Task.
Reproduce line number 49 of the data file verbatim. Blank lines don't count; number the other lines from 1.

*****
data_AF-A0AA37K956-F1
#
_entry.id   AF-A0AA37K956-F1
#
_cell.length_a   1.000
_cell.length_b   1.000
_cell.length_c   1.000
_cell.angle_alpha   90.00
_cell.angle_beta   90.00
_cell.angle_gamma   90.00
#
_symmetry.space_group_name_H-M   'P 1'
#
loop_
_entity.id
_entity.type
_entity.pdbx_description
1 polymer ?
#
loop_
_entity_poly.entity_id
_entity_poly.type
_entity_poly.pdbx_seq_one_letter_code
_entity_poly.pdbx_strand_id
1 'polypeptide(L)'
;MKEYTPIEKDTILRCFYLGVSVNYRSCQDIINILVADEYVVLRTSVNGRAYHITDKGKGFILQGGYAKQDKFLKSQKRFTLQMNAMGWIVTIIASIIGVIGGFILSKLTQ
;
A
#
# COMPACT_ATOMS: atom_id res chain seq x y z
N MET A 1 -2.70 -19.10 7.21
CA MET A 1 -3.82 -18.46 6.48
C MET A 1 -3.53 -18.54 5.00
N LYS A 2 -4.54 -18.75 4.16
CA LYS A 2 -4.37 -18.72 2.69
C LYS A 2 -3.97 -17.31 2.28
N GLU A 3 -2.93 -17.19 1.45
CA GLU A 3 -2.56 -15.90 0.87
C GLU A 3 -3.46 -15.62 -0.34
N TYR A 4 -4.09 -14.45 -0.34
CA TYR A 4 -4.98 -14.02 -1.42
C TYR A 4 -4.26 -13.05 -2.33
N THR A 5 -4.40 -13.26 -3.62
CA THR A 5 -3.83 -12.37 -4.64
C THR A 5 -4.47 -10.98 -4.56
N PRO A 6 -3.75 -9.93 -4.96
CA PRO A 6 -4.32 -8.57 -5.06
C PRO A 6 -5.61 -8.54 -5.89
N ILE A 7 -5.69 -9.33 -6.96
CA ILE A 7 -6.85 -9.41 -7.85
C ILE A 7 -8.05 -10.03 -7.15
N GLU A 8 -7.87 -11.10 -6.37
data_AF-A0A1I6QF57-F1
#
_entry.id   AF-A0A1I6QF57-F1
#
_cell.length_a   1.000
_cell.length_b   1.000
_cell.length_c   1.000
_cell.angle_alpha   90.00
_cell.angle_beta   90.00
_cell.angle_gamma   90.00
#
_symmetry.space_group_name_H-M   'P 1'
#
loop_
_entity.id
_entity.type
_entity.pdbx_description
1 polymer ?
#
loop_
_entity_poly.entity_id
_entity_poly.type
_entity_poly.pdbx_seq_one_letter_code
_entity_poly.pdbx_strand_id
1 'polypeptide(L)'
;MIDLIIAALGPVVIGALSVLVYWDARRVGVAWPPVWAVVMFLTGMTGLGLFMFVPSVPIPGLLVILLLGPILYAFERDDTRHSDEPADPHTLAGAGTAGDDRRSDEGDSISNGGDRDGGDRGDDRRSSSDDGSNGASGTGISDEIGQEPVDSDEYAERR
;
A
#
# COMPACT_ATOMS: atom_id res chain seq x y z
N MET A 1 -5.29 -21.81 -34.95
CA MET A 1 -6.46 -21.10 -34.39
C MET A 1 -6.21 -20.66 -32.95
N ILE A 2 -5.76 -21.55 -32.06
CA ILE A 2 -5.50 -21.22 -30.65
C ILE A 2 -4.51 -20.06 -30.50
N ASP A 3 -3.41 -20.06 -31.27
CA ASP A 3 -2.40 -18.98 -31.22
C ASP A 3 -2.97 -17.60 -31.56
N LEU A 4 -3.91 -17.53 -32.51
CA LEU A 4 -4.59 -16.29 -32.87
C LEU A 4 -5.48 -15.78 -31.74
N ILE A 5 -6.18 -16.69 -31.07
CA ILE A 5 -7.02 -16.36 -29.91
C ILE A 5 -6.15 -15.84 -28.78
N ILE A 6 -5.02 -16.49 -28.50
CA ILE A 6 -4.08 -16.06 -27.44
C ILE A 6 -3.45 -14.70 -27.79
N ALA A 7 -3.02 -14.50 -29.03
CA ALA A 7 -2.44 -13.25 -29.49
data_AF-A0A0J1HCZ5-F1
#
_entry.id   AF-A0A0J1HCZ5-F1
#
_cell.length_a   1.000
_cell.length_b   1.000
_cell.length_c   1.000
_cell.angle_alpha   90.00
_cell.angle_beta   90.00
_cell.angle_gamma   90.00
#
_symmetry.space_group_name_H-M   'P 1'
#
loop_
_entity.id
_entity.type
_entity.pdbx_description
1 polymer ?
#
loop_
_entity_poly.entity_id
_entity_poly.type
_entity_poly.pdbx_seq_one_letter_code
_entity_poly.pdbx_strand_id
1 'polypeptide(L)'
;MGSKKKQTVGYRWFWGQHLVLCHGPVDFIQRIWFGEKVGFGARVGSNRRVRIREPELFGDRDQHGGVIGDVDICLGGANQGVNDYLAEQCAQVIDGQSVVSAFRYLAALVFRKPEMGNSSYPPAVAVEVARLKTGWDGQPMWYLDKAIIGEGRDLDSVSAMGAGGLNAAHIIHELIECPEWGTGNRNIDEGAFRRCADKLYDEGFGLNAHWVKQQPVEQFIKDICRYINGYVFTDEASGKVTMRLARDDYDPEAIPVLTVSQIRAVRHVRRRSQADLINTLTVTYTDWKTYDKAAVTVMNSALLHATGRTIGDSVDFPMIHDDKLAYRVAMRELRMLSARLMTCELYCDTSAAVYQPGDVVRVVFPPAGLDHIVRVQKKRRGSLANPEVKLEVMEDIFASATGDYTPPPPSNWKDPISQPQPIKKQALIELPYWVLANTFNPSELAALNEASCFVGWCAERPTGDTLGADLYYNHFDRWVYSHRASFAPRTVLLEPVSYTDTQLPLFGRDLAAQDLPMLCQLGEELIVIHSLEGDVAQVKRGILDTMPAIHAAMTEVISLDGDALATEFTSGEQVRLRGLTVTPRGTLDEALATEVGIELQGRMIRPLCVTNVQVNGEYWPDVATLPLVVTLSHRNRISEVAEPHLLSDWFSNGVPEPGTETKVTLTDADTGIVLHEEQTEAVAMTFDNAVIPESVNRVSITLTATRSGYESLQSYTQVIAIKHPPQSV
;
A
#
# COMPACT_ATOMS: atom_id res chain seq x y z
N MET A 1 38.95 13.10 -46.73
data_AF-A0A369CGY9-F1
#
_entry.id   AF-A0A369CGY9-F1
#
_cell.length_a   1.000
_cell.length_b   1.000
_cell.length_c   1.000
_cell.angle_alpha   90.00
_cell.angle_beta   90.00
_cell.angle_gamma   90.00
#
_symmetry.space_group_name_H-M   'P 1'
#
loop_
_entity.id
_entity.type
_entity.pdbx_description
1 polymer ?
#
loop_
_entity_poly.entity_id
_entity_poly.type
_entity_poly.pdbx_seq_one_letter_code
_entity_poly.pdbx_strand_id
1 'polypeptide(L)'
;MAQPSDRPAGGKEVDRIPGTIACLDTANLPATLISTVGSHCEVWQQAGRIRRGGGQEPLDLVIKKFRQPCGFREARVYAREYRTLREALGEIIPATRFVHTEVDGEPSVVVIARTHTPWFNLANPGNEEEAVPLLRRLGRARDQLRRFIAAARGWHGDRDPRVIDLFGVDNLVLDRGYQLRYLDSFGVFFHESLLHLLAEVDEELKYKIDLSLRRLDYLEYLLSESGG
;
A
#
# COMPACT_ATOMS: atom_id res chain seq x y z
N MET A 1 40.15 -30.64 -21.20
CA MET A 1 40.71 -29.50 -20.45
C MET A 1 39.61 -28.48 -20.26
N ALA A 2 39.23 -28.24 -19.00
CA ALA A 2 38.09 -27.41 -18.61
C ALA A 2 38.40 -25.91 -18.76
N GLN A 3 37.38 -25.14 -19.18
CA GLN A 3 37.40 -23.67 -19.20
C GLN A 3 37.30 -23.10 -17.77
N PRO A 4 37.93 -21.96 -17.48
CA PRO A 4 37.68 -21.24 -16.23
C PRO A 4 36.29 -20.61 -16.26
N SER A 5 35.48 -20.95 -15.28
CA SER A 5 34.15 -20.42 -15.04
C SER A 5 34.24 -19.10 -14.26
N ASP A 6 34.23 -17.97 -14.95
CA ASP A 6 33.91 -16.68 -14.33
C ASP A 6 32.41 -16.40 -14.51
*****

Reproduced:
N ILE A 7 -5.69 -9.33 -6.96